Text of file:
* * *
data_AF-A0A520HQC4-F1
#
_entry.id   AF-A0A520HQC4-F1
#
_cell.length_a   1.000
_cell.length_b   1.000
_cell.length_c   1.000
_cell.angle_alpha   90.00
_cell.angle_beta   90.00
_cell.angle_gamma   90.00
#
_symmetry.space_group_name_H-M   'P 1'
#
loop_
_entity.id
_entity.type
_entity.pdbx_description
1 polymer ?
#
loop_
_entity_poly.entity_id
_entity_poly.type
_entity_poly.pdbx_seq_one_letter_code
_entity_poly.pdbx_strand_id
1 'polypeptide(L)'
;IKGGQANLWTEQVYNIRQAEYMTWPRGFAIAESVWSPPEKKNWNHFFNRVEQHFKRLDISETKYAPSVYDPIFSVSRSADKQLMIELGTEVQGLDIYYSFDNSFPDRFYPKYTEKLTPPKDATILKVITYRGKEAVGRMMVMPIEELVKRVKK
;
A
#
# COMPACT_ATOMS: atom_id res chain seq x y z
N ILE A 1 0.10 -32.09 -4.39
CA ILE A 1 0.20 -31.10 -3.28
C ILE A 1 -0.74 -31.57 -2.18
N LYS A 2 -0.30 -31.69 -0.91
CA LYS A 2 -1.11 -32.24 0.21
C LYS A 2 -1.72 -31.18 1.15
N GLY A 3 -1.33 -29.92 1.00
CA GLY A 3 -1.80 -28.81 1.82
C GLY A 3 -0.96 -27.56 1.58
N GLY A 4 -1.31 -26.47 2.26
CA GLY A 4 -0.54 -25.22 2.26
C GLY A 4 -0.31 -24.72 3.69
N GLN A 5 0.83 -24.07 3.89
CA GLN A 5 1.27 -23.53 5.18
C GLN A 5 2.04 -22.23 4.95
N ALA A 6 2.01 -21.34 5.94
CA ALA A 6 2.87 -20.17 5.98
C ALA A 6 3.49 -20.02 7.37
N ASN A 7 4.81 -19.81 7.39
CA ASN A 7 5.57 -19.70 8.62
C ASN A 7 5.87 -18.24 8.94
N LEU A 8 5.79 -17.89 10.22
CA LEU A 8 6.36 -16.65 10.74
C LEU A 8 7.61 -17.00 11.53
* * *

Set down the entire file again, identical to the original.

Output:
data_AF-A0A520HQC4-F1
#
_entry.id   AF-A0A520HQC4-F1
#
_cell.length_a   1.000
_cell.length_b   1.000
_cell.length_c   1.000
_cell.angle_alpha   90.00
_cell.angle_beta   90.00
_cell.angle_gamma   90.00
#
_symmetry.space_group_name_H-M   'P 1'
#
loop_
_entity.id
_entity.type
_entity.pdbx_description
1 polymer ?
#
loop_
_entity_poly.entity_id
_entity_poly.type
_entity_poly.pdbx_seq_one_letter_code
_entity_poly.pdbx_strand_id
1 'polypeptide(L)'
;IKGGQANLWTEQVYNIRQAEYMTWPRGFAIAESVWSPPEKKNWNHFFNRVEQHFKRLDISETKYAPSVYDPIFSVSRSADKQLMIELGTEVQGLDIYYSFDNSFPDRFYPKYTEKLTPPKDATILKVITYRGKEAVGRMMVMPIEELVKRVKK
;
A
#
# COMPACT_ATOMS: atom_id res chain seq x y z
N ILE A 1 0.10 -32.09 -4.39
CA ILE A 1 0.20 -31.10 -3.28
C ILE A 1 -0.74 -31.57 -2.18
N LYS A 2 -0.30 -31.69 -0.91
CA LYS A 2 -1.11 -32.24 0.21
C LYS A 2 -1.72 -31.18 1.15
N GLY A 3 -1.33 -29.92 1.00
CA GLY A 3 -1.80 -28.81 1.82
C GLY A 3 -0.96 -27.56 1.58
N GLY A 4 -1.31 -26.47 2.26
CA GLY A 4 -0.54 -25.22 2.26
C GLY A 4 -0.31 -24.72 3.69
N GLN A 5 0.83 -24.07 3.89
CA GLN A 5 1.27 -23.53 5.18
C GLN A 5 2.04 -22.23 4.95
N ALA A 6 2.01 -21.34 5.94
CA ALA A 6 2.87 -20.17 5.98
C ALA A 6 3.49 -20.02 7.37
N ASN A 7 4.81 -19.81 7.39
CA ASN A 7 5.57 -19.70 8.62
C ASN A 7 5.87 -18.24 8.94
N LEU A 8 5.79 -17.89 10.22
CA LEU A 8 6.36 -16.65 10.74
C LEU A 8 7.61 -17.00 11.53